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Addiction a Brain Disease? But How?


Posted on September 12, 2012 by Lisa Frederiksen.

Addiction a brain disease? Click HERE for full story.

No way,” or some variation thereof, is the typical reaction, I hear. Followed by something along the lines of, “Cancer is a disease. All they have to do is put down the bottle [or stop using the drug]!”

How is Addiction a Brain Disease?

By its simplest definition, a disease is something that changes cells in a negative way. Addiction changes cells in the brain.  It starts with substance abuse – meaning to use more of a drug (which includes alcohol, prescription or illegal drugs) than is prescribed or considered “low-risk” use. (See #1 below.)

All substances of abuse reach the brain through the bloodstream. Drugs contain chemicals that tap into the brain’s communication system and disrupt the way nerve cells normally send, receive, and process information. There are at least two ways that drugs cause this disruption: (1) by imitating the brain’s natural chemical messengers and (2) by over-stimulating the “reward circuit” of the brain.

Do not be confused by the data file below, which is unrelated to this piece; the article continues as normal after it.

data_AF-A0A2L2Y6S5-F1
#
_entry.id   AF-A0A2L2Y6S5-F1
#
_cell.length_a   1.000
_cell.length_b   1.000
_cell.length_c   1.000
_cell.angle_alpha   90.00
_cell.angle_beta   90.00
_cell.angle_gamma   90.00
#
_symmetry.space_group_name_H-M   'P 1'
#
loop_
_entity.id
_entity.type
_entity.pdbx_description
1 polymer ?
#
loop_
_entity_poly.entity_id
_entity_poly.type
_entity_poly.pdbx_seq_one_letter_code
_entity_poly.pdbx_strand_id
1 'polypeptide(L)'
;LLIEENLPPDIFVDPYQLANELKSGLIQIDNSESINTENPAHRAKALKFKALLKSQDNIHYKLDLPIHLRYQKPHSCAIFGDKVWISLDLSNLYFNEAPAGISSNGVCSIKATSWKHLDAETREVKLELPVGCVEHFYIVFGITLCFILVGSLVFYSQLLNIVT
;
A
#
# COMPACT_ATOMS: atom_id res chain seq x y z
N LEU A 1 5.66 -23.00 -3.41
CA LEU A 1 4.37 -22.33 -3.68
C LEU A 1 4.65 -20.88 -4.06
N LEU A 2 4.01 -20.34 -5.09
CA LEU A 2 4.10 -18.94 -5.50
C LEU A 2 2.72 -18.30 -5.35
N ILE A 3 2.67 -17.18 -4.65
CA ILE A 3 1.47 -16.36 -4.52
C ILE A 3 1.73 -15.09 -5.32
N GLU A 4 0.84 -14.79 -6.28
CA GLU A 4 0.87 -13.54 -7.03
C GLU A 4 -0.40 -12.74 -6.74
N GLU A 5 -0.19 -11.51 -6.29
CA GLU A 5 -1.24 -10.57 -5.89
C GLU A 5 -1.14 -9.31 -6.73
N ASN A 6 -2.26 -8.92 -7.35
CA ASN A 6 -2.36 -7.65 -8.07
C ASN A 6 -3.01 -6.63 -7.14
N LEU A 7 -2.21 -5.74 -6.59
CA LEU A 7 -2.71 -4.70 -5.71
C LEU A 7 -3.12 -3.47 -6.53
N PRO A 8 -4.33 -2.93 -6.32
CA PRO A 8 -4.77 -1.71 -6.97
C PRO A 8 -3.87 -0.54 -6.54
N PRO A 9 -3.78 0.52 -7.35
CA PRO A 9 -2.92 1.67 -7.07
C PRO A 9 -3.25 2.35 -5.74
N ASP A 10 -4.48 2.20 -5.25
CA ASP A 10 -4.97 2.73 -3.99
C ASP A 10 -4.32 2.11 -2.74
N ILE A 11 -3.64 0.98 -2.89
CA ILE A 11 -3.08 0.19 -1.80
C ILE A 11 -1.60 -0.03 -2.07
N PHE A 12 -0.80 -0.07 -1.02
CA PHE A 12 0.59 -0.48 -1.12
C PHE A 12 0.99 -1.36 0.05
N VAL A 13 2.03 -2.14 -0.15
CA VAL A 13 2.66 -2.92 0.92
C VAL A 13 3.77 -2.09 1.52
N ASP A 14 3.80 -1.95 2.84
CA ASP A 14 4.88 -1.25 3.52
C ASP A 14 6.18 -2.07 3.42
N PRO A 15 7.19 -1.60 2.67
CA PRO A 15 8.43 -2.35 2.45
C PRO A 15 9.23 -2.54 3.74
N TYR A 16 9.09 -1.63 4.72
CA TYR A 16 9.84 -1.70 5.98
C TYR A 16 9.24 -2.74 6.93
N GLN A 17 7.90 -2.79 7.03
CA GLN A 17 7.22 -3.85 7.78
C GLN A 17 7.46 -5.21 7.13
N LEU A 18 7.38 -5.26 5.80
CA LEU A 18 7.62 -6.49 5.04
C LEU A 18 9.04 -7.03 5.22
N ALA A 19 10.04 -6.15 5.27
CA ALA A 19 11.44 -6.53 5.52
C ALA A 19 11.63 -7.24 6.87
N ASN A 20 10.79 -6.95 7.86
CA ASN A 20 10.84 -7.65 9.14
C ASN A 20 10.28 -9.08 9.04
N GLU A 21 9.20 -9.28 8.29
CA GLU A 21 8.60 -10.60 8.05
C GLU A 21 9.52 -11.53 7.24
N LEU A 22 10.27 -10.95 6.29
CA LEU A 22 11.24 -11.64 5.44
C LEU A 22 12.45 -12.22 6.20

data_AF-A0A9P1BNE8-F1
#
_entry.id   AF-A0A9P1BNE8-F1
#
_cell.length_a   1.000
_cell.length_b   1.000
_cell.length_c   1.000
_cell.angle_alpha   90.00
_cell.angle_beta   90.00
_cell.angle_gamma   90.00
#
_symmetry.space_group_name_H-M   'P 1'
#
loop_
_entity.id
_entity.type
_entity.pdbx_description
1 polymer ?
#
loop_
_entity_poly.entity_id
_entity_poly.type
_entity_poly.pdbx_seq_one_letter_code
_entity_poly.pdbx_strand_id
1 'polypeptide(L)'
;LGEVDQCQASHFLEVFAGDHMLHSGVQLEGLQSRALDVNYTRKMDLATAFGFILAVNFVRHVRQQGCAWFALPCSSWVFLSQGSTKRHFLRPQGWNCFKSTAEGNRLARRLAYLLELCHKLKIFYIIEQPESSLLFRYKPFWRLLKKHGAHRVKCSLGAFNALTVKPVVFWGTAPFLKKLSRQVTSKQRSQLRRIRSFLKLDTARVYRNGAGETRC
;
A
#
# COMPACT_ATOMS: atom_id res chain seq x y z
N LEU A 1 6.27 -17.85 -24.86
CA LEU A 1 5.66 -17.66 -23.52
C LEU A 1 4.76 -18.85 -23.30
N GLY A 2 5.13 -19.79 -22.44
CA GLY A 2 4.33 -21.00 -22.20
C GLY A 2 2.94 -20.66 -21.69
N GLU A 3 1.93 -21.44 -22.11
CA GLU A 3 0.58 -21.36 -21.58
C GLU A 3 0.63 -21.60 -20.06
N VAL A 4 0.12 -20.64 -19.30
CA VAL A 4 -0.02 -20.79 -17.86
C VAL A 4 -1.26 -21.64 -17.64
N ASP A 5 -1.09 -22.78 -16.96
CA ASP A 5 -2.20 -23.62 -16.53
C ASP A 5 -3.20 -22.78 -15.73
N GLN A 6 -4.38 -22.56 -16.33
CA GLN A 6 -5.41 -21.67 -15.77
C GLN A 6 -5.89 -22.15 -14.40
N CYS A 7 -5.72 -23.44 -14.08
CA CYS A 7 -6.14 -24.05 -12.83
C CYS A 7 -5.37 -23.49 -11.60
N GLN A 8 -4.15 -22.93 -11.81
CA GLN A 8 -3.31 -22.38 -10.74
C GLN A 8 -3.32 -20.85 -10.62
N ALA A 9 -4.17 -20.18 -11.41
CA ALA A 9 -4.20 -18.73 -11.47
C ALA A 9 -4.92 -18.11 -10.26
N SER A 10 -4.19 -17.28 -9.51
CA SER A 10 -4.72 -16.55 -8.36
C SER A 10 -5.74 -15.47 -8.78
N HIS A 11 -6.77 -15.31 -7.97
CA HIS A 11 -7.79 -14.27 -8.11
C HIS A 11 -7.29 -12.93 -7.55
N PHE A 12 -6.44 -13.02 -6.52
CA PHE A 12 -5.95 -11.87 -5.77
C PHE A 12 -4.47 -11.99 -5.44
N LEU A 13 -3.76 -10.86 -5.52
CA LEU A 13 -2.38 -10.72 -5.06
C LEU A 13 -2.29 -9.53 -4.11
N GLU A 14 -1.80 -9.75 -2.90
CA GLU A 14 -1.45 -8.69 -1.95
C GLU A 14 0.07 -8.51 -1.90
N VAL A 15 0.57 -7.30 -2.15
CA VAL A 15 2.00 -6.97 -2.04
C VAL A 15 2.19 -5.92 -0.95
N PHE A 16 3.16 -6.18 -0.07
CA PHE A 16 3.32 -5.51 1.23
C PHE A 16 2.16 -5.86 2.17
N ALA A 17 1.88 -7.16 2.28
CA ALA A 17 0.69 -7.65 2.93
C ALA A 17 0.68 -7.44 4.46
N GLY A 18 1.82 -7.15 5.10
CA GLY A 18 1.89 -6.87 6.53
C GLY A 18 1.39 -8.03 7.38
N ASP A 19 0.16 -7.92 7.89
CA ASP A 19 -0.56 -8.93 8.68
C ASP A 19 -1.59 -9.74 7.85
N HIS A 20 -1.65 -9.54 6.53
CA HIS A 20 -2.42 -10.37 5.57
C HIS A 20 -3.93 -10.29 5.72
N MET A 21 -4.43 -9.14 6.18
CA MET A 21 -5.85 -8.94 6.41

When substances are abused, they actually change the structure of our brain cells and the way the brain functions . When the abuse crosses the line to addiction, it becomes a chronic, relapsing disease – like diabetes, asthma or heart disease. In the case of addiction, it happens to change cells in the brain, which is what makes it a brain disease.

Like the other diseases mentioned, addiction can be successfully managed (treated). A person with addiction can live a wonderful, productive, enjoyable life when they treat their disease.



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